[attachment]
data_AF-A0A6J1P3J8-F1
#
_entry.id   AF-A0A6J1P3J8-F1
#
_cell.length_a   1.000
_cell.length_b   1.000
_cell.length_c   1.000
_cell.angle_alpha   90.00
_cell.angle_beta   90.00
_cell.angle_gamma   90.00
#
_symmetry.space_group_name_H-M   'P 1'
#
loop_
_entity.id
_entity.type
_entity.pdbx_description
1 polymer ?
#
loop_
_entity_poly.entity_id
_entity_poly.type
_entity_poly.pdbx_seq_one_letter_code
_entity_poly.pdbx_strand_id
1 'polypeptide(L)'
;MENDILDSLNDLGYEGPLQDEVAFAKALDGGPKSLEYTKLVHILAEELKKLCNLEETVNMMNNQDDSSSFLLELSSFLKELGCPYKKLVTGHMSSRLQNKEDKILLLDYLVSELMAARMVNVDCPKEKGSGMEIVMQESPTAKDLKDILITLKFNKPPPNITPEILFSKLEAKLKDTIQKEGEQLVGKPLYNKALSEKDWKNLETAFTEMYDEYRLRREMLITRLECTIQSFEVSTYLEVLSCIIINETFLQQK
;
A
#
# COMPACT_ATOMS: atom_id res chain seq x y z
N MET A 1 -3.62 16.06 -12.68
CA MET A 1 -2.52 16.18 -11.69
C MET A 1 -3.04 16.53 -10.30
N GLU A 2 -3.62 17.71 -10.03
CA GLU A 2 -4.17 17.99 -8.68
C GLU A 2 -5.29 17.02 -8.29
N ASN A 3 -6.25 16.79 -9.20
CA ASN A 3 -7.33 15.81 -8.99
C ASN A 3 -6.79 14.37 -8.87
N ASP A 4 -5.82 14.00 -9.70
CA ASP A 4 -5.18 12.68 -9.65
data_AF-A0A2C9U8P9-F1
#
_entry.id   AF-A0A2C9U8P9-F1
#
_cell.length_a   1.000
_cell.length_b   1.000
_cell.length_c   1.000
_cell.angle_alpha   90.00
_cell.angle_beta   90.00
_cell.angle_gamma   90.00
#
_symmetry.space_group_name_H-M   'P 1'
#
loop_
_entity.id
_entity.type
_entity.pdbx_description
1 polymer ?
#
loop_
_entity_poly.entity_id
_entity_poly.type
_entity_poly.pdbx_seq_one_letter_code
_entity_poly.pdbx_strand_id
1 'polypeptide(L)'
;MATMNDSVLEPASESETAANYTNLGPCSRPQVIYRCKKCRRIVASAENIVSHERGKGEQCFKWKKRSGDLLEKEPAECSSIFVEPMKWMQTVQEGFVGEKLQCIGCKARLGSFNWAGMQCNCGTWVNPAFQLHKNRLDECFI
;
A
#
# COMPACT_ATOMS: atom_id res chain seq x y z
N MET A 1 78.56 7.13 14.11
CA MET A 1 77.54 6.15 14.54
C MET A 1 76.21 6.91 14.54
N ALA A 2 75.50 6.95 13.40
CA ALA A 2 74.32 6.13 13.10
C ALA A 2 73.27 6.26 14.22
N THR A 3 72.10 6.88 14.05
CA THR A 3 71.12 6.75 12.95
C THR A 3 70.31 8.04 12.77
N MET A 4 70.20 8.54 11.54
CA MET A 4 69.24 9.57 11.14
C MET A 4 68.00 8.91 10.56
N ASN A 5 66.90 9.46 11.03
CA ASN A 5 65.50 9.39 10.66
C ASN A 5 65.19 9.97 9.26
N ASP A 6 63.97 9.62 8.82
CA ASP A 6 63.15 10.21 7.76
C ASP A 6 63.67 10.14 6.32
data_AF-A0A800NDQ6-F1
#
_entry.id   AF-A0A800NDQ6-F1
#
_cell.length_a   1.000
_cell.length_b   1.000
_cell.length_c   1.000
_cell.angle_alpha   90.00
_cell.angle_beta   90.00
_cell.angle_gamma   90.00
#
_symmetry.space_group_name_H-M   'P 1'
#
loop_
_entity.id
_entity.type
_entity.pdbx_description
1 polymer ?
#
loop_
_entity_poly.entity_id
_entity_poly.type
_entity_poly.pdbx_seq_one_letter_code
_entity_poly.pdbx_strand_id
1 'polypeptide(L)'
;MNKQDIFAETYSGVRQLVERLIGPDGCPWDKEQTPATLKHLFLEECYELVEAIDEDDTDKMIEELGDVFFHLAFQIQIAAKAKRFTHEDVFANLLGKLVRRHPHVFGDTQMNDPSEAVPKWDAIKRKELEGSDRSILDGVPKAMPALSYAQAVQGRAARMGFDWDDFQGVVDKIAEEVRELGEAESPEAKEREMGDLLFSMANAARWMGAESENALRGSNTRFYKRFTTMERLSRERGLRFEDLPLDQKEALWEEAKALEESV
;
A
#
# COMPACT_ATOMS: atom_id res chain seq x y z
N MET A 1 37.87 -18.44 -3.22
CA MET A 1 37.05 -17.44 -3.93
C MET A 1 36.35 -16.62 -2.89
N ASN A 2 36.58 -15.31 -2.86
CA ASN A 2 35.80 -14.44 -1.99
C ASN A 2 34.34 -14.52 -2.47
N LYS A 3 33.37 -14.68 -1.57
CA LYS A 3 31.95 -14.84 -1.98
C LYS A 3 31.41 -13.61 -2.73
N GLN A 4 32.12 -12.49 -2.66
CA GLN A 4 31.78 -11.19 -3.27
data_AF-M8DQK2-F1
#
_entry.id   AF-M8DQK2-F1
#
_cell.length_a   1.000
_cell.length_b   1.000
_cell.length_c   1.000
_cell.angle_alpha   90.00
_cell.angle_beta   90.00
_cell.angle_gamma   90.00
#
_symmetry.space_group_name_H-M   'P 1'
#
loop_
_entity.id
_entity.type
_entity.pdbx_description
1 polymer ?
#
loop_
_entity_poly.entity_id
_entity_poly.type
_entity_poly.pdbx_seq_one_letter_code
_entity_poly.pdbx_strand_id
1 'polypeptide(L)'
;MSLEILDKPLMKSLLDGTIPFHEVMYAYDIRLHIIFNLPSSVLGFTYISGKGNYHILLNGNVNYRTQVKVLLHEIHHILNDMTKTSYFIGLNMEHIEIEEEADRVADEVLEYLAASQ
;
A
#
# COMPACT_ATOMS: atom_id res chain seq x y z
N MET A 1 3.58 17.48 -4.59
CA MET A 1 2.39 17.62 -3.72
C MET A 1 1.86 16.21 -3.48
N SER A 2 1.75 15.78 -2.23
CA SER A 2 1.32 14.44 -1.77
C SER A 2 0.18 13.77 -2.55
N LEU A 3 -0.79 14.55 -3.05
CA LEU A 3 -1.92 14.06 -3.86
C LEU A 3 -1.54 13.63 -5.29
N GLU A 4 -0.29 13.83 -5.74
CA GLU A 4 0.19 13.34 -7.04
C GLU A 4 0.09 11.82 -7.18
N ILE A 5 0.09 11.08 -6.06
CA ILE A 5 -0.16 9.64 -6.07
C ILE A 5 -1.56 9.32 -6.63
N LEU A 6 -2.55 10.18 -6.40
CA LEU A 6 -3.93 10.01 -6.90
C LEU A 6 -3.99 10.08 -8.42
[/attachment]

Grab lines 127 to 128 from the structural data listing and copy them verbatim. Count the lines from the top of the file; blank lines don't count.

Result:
CA LYS A 3 31.95 -14.84 -1.98
C LYS A 3 31.41 -13.61 -2.73